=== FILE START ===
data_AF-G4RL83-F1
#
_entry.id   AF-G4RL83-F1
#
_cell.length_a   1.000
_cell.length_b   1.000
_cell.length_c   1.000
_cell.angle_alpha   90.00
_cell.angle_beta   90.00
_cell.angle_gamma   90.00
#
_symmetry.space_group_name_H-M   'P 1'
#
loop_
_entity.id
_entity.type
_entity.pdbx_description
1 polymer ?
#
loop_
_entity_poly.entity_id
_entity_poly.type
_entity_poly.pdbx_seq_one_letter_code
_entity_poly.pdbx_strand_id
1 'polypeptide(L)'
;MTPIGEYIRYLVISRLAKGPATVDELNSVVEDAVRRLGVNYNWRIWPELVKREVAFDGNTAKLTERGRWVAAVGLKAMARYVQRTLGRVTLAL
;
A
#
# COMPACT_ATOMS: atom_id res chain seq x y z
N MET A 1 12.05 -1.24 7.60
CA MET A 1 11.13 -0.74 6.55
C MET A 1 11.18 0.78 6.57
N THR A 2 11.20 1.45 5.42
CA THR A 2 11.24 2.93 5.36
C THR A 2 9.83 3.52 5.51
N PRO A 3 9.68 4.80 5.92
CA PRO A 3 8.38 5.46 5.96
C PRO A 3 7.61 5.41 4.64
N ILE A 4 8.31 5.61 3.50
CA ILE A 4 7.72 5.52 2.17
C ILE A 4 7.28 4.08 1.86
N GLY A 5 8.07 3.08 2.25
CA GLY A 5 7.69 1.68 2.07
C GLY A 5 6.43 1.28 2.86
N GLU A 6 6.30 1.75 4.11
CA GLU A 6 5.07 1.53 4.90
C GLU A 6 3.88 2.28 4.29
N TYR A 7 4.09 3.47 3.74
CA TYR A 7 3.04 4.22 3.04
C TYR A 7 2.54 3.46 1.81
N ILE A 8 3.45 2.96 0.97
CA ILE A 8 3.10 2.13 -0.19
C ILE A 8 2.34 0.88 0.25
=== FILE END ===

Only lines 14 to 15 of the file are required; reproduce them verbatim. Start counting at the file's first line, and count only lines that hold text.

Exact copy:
loop_
_entity.id